Molecular epidemiology of Shigella flexneri isolated from pediatrics in a diarrhea-endemic area of Khyber Pakhtunkhwa, Pakistan

  • Iqbal Nisa
  • Muhammad QasimEmail author
  • Arnold Driessen
  • Jeroen Nijland
  • Fazli Bari
  • Mohammad Haroon
  • Hazir Rahman
  • Nusrat Yasin
  • Taj Ali Khan
  • Mubbashir Hussain
  • Waheed Ullah
Original Article


Shigella flexneri is considered as an important causative agent of Shigellosis causing diarrhea in the countries with a low socioeconomic status. No study has been carried out on the molecular prevalence of S. flexneri in Khyber Pakhtunkhwa, Pakistan. So this study was designed to evaluate the molecular prevalence of S. flexneri and their associated risk factors. A total of 2014 diarrheal stool samples were collected from January 2016 to May 2017 from pediatrics patients of Khyber Pakhtunkhwa followed by identification of S. flexneri through biochemical, serological, and molecular methods. The overall prevalence of Shigella species was found to be 7.9% (n = 160). The predominant Shigella specie was S. flexneri (n = 155, 96.8%) followed by S. boydii (n = 5, 3.1%). Interestingly, no sample was found positive for S. sonnei and S. dysenteriae. The majority of Shigellosis cases occurred from June to September. Potential risk factors related with Shigellosis were unhygienic latrine usage, bad hand washing, and consumption of unhygienic food and water, and pipe leakage in the sewage system. In this study, we have observed a high number of Shigellosis cases especially those caused by S. flexneri. It is suggested that effective health awareness programs should be organized by the regional health authorities to minimize the magnitude of pediatrics Shigellosis.


S. flexneri Pediatrics Molecular epidemiology Diarrhea Endemic area Pakistan 


Authors’ contributions

Muhammad Qasim, Iqbal Nisa, Arnold Driessen, Jeroen Nijland, and Fazli Bari designed the study, carried out the experiments, analyzed the data, and drafted the manuscript. Muhammad Qasim, Iqbal Nisa, and Jeroen Nijland helped in data analysis and results interpretation. Muhammad Qasim, Arnold Driessen, Jeroen Nijland, Fazli Bari, Mohammad Haroon, Hazir Rehman, Nusrat Yasin, Taj Ali Khan, Mubbashir Hussain, and Waheed Ullah critically reviewed and commented on the manuscript.

Compliance with ethical standards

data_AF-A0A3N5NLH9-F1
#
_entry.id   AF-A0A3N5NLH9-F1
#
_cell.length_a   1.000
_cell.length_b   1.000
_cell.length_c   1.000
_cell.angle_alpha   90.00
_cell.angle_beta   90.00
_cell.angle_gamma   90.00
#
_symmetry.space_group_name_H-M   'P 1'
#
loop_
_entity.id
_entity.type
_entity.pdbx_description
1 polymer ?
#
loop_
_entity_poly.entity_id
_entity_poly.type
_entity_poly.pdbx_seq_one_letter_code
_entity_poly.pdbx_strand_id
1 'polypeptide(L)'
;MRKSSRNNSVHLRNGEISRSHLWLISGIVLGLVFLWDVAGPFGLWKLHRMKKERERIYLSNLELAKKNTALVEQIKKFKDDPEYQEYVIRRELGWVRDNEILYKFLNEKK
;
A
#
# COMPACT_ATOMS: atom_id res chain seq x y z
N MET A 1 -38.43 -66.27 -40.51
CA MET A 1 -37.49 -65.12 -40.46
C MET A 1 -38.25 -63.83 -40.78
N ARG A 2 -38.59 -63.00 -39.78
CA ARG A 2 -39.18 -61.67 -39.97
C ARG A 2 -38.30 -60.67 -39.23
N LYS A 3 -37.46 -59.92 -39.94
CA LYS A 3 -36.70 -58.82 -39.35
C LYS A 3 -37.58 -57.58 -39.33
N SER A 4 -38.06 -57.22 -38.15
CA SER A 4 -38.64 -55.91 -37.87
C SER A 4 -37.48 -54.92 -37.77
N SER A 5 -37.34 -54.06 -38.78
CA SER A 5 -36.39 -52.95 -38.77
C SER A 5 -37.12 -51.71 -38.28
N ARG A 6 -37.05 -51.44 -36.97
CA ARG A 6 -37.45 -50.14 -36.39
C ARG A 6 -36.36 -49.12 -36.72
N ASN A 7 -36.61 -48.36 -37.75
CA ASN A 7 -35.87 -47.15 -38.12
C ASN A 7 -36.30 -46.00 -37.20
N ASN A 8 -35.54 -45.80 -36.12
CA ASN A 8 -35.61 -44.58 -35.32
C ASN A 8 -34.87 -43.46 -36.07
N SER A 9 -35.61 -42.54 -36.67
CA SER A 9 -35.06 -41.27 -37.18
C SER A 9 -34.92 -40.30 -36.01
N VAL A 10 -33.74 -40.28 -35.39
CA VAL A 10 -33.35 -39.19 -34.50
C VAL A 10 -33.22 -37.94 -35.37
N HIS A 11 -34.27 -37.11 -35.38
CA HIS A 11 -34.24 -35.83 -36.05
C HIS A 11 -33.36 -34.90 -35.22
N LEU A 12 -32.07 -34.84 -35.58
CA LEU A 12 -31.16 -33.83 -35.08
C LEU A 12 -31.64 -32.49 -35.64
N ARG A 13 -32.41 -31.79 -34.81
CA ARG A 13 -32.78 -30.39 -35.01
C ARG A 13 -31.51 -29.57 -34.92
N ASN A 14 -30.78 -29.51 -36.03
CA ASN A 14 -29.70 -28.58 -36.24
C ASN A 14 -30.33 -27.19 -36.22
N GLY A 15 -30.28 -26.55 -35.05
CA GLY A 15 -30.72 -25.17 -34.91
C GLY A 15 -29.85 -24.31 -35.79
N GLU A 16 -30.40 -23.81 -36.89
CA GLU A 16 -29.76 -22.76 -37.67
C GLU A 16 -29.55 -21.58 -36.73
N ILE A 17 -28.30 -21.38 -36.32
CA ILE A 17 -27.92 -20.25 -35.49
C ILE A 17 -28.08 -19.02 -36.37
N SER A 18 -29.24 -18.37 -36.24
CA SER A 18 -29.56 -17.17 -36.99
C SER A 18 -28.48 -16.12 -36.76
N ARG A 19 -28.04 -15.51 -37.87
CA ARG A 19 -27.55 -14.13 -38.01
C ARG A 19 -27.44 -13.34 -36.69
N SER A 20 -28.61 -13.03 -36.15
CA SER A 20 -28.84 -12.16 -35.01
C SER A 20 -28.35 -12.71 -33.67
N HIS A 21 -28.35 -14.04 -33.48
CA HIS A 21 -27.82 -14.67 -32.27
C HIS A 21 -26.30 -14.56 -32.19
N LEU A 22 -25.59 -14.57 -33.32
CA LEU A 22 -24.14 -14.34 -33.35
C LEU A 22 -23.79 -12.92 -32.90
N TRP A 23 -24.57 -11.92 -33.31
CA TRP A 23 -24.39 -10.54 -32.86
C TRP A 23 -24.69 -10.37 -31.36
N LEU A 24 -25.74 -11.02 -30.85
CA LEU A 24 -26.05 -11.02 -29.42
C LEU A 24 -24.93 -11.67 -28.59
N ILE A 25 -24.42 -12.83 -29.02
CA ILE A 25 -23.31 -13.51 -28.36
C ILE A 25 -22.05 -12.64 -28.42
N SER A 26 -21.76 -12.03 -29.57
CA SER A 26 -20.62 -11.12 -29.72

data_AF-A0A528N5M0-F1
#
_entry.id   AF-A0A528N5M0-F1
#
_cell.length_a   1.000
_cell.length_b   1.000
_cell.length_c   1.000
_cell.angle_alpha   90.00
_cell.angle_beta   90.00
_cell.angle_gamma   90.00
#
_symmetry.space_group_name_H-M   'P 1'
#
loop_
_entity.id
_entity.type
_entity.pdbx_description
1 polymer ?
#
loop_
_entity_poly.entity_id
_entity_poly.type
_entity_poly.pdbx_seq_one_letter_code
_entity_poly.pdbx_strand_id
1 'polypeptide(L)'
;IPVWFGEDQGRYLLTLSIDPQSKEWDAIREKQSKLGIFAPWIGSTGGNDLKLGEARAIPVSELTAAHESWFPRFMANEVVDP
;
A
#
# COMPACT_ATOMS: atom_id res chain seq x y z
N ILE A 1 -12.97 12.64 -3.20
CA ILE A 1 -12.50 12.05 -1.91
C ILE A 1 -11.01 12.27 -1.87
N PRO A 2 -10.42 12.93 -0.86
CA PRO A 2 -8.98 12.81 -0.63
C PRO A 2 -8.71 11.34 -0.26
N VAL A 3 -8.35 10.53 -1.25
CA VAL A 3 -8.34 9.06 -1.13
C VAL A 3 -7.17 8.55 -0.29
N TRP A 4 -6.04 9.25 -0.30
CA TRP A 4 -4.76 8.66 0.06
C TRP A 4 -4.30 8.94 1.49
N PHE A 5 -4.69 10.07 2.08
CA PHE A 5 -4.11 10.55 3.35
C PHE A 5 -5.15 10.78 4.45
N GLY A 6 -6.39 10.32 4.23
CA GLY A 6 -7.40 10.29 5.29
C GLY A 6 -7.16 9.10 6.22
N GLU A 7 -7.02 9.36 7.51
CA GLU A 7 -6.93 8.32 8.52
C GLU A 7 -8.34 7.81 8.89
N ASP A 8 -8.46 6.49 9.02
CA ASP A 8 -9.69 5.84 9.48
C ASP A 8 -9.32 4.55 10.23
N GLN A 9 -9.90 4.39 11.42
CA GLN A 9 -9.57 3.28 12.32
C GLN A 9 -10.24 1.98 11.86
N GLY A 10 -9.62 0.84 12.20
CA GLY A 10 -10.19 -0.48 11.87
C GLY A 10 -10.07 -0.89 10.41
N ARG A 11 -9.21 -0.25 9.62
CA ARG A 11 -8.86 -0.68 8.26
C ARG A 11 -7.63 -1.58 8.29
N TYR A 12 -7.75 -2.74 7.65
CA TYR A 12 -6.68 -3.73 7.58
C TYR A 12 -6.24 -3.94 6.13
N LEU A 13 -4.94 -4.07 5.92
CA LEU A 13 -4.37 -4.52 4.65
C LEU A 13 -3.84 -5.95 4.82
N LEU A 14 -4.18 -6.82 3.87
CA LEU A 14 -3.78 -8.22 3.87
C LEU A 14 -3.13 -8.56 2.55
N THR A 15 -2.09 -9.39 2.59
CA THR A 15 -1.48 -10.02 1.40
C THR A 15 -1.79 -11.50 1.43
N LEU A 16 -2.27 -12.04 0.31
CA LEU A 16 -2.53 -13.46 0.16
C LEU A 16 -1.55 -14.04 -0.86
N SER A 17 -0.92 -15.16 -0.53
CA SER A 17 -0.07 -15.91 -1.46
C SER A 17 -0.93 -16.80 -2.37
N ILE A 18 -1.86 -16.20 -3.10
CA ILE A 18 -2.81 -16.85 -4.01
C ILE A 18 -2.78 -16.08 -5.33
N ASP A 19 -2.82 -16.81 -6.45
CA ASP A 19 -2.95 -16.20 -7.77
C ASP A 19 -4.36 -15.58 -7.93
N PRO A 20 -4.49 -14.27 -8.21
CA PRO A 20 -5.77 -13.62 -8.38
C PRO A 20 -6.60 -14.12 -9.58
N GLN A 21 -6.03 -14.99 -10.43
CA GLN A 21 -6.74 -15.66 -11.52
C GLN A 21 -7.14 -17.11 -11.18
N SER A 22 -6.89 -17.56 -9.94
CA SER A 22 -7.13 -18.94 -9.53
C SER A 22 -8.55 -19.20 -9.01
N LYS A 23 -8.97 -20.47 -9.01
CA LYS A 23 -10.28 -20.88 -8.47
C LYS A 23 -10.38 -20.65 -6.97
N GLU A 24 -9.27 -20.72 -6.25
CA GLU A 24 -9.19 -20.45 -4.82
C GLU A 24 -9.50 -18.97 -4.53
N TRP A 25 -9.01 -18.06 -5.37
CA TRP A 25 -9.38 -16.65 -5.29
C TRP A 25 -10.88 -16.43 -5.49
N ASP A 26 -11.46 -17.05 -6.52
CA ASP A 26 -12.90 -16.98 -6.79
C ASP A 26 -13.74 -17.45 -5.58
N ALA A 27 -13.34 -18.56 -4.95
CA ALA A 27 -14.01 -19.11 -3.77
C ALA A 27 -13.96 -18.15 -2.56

Conflict of interest

The authors declare that they have no conflict of interest.

Ethical approval

All procedures followed were in accordance with the ethical standards of the responsible committee on human experimentation (institutional and national) and with the Helsinki Declaration of 1975, as revised in 2000. In addition, the institutional research ethical committee approved the present study.

Informed consent

Informed consent was obtained from all patients/guardian for being included in the study.


  1. 1.
    Mardaneh J, Abbas S, Afrugh P (2013) Prevalence of Shigella species and antimicrobial resistance patterns of isolated strains from infected pediatrics in Tehran. Int J Enteric Pathog 1:28–31CrossRefGoogle Scholar
  2. 2.
    Saima SA, Abbas F et al (2018) Isolation & identification of Shigella species from food and water samples of Quetta, Pakistan. Pure Appl Biol 7:227–235Google Scholar
  3. 3.
    Ashkenazi S (2004) Shigella infections in children: new insights. Semin Pediatr Infect Dis 15:246–252CrossRefGoogle Scholar
  4. 4.
    Fan W, Qian H, Shang W et al (2017) Low distribution of genes encoding virulence factors in Shigella flexneri serotypes 1b clinical isolates from eastern Chinese populations. Gut Pathog 9:76CrossRefGoogle Scholar
  5. 5.
    Sharma A, Singh SK, Bajpai D (2010) Phenotypic and genotypic characterization of Shigella spp. with reference to its virulence genes and antibiogram analysis from river Narmada. Microbiol Res 165:33–42CrossRefGoogle Scholar
  6. 6.
    Wang S, Chen JHAW (2012) A rapid and specific PCR method for the detection of Shigella spp. in spiked samples. J Food Drug Anal 20:59–65Google Scholar
  7. 7.
    Khalil IA, Troeger C, Blacker BF et al (2018) Morbidity and mortality due to Shigella and enterotoxigenic Escherichia coli diarrhea: the global burden of disease study 1990–2016. Lancet Infect Dis 18:1229–1240CrossRefGoogle Scholar
  8. 8.
    Warren BR, Parish ME, Schneider KR (2006) Shigella as a foodborne pathogen and current methods for detection in food. Crit Rev Food Sci Nutr 46:551–567CrossRefGoogle Scholar
  9. 9.
    Muthuirulandi Sethuvel DP, Devanga Ragupathi NK, Anandan S, Veeraraghavan B (2017) Update on: Shigella new serogroups/serotypes and their antimicrobial resistance. Lett Appl Microbiol 64:8–18CrossRefGoogle Scholar
  10. 10.
    Rahimi E, Shirazi F, Khamesipour F (2017) Isolation and study of the antibiotic resistance properties of Shigella Species in meat and meat products. J Food Process Preserv 41:e12947CrossRefGoogle Scholar
  11. 11.
    Platts-Mills JA, McCormick BJJ, Kosek M et al (2014) Methods of analysis of enteropathogen infection in the MAL-ED cohort study. Clin Infect Dis 59:S233–S238CrossRefGoogle Scholar
  12. 12.
    Koneman EW, Allen SD, Janda WM, Schreckenberger PC, Winn WC (1997) Colour atlas and textbook of diagnostic microbiology (5th edition) Lippincott, NY, USAGoogle Scholar
  13. 13.
    Carlos J, Junior R, Tamanini R et al (2016) Efficiency of boiling and four other methods for genomic DNA extraction of deteriorating spore-forming bacteria from milk. Semina: Ciencias Agrarias 37:3069–3078Google Scholar
  14. 14.
    James G (2010) Universal bacterial identification by PCR and DNA sequencing of 16S rRNA gene. In: Schuller M, Sloots PT, James SG, Halliday LC, Carter WJI (eds) PCR for clinical microbiology. Springer, Dordrecht, pp 209–214CrossRefGoogle Scholar
  15. 15.
    Wang XY, Du L, Von Seidlein L et al (2005) Occurrence of Shigellosis in the young and elderly in rural China: results of a 12-month population-based surveillance study. Am J Trop Med Hyg 73:416–422CrossRefGoogle Scholar
  16. 16.
    Opintan JA, Newman MJ (2007) Distribution of serogroups and serotypes of multiple drug resistant Shigella isolates. Ghana Med J 41:7–11Google Scholar